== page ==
We have launched into our first science unit all about rocks and minerals. What better way to launch a unit on rocks than to explore and learn about volcanoes, right?
Students have been investigating about some of these questions so far:
could a volcano pop up in your own backyard?
why do some volcanoes explode?
Students plotted volcanoes on a map (see picture below) and we noticed a pattern when we put all the maps together. This led us to hear of the Ring of Fire and how 75% of all volcanoes in the world lie on the Ring of Fire.
We learned today that there are different types of lava–thin lava that moves quickly like a syrup and thick lava that moves slowly and is kind of like toothpaste. We were investigating what kind of lava comes from a cone volcano and what kind comes from a shield volcano.
Take a look at us experimenting with thin and thick lava (as you can see in the cups).
We will conclude tomorrow and discuss why some volcanoes explode and what kind of lava comes from a cone volcano and what kind comes from a shield volcano.
Have you ever seen a monarch butterfly and think about how it came to be? The monarch experiences such an incredible change and my husband (aka Turkey Jay) was lucky enough to see the process for himself this weekend!
He took these pictures to show you the changes the monarch goes through. Isn’t it amazing?
Here is the process:
Did you know the monarch catarpillar (larvae) cannot survive without milkweed? That is what this caterpillar is nibbling on. This is the ONLY thing they eat.
Can you see the monarch’s wings inside the chrysalis? When you can see the wings, it’s ready to emerge! A monarch stays inside for 10-14 days. During that time, the caterpillar is going through big changes, also called metamorphosis.
And poof! The butterfly has emerged from its chrysalis and has flown away. A monarch butterfly only lives for 2-6 weeks.
Have you ever seen a monarch butterfly? What about a chrysalis?
Last Friday, students were treated to a special visit from a scientist named Dr. Kim Holzer from Northern Idaho. She is an Agriculture Program Specialist.
She was skyping us from her field site where she is involved in inspecting boats as they come in off the water. She and her team look for zebra mussels, in particular, which are an invasive species. Dr. Kim talked to us about why it’s important to control invasive species and ensure they do not make their way into Northern Idaho waters.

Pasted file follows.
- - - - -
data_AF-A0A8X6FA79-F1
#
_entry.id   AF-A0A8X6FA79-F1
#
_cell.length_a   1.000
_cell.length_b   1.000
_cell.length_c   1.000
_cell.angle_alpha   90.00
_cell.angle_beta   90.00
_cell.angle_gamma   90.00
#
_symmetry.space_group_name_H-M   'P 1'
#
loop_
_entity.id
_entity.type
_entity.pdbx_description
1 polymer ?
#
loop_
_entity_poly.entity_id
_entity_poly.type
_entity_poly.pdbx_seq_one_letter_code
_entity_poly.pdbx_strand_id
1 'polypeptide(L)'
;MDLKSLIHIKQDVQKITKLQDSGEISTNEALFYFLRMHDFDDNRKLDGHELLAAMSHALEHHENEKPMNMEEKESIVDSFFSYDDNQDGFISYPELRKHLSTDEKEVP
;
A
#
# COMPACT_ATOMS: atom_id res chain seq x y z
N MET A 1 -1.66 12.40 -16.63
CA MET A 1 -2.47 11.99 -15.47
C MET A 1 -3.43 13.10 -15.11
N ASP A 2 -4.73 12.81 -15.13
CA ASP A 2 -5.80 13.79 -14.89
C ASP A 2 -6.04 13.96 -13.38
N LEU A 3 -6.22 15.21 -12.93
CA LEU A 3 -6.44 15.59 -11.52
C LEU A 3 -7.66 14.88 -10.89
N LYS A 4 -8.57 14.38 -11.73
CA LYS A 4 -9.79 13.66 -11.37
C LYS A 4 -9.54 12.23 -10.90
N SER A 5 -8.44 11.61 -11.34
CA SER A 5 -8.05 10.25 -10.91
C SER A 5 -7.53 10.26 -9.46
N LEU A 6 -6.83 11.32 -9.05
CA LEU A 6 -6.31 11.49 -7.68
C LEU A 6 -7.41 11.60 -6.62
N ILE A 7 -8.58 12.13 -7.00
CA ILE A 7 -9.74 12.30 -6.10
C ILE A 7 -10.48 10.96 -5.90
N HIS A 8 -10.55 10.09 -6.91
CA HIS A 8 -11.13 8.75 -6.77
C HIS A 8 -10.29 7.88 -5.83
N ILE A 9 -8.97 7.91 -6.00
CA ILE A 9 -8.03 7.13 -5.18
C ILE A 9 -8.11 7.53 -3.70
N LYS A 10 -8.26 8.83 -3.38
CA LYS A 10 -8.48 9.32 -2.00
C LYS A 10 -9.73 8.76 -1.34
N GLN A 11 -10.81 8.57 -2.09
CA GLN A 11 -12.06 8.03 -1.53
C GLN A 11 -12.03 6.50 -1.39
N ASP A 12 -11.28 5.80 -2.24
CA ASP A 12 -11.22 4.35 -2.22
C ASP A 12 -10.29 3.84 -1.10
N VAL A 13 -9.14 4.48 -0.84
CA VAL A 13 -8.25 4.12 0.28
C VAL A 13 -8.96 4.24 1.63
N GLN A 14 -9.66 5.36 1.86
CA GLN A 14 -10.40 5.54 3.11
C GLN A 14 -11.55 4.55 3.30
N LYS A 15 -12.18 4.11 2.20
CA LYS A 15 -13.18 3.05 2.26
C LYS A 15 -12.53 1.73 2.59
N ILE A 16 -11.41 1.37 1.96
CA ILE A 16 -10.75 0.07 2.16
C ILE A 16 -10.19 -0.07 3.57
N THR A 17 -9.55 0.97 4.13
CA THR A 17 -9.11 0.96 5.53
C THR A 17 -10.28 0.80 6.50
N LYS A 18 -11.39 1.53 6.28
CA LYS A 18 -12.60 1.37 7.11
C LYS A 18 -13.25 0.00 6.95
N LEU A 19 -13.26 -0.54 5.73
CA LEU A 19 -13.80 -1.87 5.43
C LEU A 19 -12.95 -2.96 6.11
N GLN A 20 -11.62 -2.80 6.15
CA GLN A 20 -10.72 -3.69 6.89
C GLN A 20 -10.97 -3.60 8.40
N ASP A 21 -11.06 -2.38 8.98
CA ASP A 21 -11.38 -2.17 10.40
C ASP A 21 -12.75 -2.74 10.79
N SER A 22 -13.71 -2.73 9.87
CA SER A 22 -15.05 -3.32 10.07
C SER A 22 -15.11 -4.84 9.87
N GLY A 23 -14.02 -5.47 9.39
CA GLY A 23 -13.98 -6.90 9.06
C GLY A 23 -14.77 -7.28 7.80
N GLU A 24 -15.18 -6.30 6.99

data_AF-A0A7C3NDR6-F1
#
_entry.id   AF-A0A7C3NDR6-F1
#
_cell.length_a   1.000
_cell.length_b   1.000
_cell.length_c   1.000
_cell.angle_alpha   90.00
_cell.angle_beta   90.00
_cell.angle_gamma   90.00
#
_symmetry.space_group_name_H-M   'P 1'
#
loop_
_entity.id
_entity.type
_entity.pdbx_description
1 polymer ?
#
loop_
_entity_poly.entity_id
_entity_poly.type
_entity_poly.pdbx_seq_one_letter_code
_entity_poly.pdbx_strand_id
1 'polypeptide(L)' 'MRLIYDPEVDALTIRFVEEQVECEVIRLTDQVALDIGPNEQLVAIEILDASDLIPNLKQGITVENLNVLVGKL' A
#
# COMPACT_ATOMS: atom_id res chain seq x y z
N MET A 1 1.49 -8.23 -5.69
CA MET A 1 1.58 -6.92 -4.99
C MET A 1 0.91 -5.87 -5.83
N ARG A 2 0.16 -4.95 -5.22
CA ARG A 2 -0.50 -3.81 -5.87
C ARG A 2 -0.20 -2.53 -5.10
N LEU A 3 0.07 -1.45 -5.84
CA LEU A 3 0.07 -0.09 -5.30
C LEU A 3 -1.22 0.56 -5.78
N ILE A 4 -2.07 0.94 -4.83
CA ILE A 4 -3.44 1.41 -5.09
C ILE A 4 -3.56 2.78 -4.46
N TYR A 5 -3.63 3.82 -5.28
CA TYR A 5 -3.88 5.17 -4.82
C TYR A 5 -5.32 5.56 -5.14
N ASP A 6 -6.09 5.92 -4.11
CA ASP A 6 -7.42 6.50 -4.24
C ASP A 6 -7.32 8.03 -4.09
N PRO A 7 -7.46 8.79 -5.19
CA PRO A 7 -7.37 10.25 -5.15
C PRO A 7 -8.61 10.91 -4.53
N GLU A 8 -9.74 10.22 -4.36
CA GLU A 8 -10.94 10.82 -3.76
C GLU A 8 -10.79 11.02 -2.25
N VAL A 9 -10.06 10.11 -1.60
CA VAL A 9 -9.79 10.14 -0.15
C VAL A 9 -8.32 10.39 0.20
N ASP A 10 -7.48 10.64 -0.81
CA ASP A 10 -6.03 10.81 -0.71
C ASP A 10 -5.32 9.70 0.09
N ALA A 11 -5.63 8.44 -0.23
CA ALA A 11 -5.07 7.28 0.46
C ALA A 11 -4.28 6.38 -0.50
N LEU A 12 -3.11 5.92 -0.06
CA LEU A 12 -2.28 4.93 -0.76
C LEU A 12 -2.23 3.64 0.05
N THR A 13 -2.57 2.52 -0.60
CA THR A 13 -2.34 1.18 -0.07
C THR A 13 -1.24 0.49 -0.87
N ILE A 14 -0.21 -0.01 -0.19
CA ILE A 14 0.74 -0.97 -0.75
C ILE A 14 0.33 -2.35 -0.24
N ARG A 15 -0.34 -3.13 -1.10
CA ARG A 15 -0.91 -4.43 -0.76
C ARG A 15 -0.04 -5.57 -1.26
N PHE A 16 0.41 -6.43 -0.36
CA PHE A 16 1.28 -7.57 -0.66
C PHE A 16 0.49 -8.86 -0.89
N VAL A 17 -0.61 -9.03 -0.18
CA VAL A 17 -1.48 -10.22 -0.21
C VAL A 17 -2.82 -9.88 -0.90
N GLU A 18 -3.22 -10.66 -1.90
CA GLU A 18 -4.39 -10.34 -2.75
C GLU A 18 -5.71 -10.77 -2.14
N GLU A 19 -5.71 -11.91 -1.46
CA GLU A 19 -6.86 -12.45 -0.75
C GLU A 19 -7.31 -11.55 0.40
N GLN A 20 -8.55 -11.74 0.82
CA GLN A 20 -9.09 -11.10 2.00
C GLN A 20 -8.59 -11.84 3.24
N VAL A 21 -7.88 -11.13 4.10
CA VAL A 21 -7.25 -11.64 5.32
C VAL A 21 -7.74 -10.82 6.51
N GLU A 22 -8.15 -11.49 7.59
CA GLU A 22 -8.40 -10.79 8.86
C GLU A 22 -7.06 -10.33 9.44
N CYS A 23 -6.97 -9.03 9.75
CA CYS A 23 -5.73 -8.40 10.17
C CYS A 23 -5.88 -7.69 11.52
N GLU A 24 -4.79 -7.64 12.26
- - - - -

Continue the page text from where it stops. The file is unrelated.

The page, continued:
You can check out this website to learn more. Dr. Kim specializes in aquatic invasive species. She also taught us what ballast water is. It is important to inspect and test ballast water for things that can be harmful when transporting items on a big boat like a tanker.
The students loved asking questions and were excited to see a live demonstration of an inspection of a boat. They were good listeners and thought it was neat to talk to a scientist via Skype!
Last week, students were busily gathering research on a plant of their choice.
Some of the plants students were interested in learning more about included:
Students used the search engine called Kiddle to gather their information. Next, we used the app called Book Creator to design a digital poster to teach others about their plant. Below you can see some examples of their finished projects.
Students are presenting their work and will continue presentations on Tuesday.
As we continue to explore soil, today students truly got their hands dirty and looked more closely at what is exactly inside the soil in our own community. Some ofthe things we found inside our soil samples included:
Students smelled the soil, felt the soil, examined it, recorded what they found, and sorted their soil into piles according to the things they found. Have a look!
As part of our Social Studies unit, we are beginning with a solid look at the provinces and territories of our own country, Canada. We live in Ontario but there are many other provinces and territories besides Ontario.
Students are also learning the names of all our Great Lakesusing the acronym H.O.M.E.S.
M= Lake Michigan
E= Lake Erie
S= Lake Superior
What is a province or territory you would like to visit and why?
Our culminating project for Science has concluded and the students are definitely proud of their efforts. Many hours of research and planning were involved in creating the final projects–a shoebox diorama of a specific habitat and animal. The amount of detail and thought put into the design of these dioramas is amazing! I am so impressed! I think you will be, too.
As you will see, students selected quite a variety of animals and their habitats which made for an interesting assortment of projects. Students became ‘experts’ in their chosen habitat and were keen to share their learning with others.
Take a look at the Gr.3’s hard work:
What do you think of our projects?
If you could create a shoebox diorama, which habitat would you recreate?
To prepare for our Habitats science test, students engaged in an activity called Quiz, Quiz, Trade. This is a great way to review and gets students up and out of their seats, interacting with each other.
It begins with each student holding a card with a question on it. Students start walking around with their hand up. The first person they come across they high 5 and the taller person reads their question first (answers are on the back). They can coach their peer if needed and also praise. Next, the 2nd partner reads their question and afterwards, they trade.
Finally, they begin to walk around in the same manner and continue to ask questions of each other. If needed, they are allowed to use their notebooks to assist them. Check us out in action: